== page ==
If you consume the classes directly in the application there is no way to avoid having the data/business assemblies living with the application assemblies. As such, there is no way to prevent a developer from referencing those other binaries and consume classes from them.
It really comes down to developer practice. You have to establish the culture of the development architecture with the developers. They must know that they only build UI against BLL libraries. Yes, the binaries for the DAL are there, they have to be, and you can't programmatically hide them. The developers just have to know to not consume them directly.
Now, all this isn't to say you can not architect a system that hides your layers. If you architect your system to be service oriented you can isolate the layers. For example, you could build a business layer application. This could be a windows service or web service that exposes the business model thru the service interfaces (remoting, web services, etc). The UI applications can talk to the business layer thru the services instead of directly consuming the business classes. This can be done with the database layer as well.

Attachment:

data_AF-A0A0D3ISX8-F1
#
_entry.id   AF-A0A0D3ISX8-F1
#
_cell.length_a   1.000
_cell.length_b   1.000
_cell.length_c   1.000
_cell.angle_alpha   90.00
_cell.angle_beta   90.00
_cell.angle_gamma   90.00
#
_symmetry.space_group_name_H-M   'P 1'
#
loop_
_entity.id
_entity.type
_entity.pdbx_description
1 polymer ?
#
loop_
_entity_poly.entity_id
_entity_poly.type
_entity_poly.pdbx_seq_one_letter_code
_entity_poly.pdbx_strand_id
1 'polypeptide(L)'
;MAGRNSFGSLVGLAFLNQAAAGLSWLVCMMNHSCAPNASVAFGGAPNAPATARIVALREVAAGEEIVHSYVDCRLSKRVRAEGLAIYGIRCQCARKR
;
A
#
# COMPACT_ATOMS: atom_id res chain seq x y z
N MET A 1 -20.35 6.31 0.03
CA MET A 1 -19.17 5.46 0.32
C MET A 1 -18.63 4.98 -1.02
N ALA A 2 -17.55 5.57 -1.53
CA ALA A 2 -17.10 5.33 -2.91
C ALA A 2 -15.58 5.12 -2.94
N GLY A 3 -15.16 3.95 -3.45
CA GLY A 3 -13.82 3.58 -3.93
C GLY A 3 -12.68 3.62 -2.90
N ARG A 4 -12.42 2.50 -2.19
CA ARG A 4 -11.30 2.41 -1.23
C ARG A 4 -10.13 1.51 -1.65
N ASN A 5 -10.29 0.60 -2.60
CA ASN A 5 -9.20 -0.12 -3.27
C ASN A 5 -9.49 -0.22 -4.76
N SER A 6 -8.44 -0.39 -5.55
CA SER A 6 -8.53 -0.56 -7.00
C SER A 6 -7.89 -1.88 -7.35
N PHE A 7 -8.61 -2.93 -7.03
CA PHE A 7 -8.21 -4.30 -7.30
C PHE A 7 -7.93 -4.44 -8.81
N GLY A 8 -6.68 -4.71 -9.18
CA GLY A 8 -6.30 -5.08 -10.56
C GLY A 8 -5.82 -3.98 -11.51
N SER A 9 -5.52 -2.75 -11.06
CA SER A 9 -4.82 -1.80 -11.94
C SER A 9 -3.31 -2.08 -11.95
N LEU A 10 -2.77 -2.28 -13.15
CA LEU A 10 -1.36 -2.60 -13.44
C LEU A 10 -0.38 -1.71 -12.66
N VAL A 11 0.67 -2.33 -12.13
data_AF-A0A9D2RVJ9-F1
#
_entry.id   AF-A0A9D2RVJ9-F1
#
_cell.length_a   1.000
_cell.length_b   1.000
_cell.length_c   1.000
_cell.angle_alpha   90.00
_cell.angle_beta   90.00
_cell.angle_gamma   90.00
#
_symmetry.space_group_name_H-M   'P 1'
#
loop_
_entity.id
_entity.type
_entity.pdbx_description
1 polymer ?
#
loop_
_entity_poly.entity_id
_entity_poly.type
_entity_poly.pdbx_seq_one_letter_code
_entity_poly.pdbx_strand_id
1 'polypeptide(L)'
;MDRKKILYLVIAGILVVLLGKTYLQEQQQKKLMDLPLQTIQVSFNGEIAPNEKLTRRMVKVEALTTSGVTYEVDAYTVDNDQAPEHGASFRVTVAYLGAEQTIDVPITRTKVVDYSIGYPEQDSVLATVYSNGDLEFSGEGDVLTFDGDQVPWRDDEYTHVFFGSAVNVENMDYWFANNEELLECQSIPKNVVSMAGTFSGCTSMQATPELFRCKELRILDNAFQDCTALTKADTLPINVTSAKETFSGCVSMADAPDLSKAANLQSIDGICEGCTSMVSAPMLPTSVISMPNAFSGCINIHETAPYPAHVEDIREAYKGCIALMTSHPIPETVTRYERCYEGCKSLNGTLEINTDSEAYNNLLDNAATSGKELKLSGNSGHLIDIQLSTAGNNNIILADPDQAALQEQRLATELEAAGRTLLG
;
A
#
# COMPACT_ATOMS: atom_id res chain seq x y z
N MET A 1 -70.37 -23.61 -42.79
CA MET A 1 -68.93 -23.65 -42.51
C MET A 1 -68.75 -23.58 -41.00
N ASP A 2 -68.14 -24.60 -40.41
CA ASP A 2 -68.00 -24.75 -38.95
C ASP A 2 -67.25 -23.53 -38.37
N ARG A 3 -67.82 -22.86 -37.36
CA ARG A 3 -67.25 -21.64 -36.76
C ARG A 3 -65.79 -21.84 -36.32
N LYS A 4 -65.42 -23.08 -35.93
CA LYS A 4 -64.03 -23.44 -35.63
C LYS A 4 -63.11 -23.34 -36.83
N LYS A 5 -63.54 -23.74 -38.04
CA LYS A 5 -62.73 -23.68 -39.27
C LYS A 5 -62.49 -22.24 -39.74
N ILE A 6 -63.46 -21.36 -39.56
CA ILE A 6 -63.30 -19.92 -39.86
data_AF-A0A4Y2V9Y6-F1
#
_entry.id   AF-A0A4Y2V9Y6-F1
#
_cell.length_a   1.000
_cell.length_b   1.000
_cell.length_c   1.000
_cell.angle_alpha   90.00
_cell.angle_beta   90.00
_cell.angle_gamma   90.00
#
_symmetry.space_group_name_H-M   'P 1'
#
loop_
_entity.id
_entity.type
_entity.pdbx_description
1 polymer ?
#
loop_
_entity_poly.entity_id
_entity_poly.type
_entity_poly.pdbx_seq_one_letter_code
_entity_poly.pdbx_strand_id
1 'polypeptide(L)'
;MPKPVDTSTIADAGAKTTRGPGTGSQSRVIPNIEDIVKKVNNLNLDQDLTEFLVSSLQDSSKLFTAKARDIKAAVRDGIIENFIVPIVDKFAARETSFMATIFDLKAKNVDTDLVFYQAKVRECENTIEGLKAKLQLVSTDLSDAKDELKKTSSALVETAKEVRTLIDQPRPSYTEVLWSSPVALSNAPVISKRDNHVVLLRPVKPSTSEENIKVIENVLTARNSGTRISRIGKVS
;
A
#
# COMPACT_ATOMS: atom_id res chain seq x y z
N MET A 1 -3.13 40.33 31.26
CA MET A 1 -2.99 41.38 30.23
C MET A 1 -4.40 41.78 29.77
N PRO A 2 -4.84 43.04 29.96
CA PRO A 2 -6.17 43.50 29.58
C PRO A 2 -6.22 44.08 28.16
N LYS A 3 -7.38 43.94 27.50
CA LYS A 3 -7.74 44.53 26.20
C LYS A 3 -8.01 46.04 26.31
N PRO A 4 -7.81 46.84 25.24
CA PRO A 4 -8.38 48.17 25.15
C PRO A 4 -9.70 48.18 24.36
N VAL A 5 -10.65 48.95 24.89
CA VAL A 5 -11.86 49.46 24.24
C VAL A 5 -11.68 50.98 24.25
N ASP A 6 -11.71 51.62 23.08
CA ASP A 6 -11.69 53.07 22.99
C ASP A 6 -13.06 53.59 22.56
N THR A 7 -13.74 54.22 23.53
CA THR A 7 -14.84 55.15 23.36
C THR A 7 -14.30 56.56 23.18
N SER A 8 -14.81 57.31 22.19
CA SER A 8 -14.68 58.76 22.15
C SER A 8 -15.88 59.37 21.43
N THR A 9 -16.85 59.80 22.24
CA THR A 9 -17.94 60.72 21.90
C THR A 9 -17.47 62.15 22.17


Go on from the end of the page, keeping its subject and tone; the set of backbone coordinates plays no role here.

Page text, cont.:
Designs like this are how large enterprise systems like SAP are built. They have a database server, a database application, a business application and the client applications (and certainly additional levels in between). These are all different program processes. The client apps do not connect directly to the database server. Instead they connect to the application servers through remote procedure calls (like remoting). (In reality the client app is really a thin client or dumb terminal. All the work of the application is actually done by the application server.)
Making the jump to this type of architecture is very difficult. It requires very solid architecture and very good practices of logging and error management in order to minimize debugging problems. For lightweight applications it's far too complex and just plain overkill. It is a very cool concept though.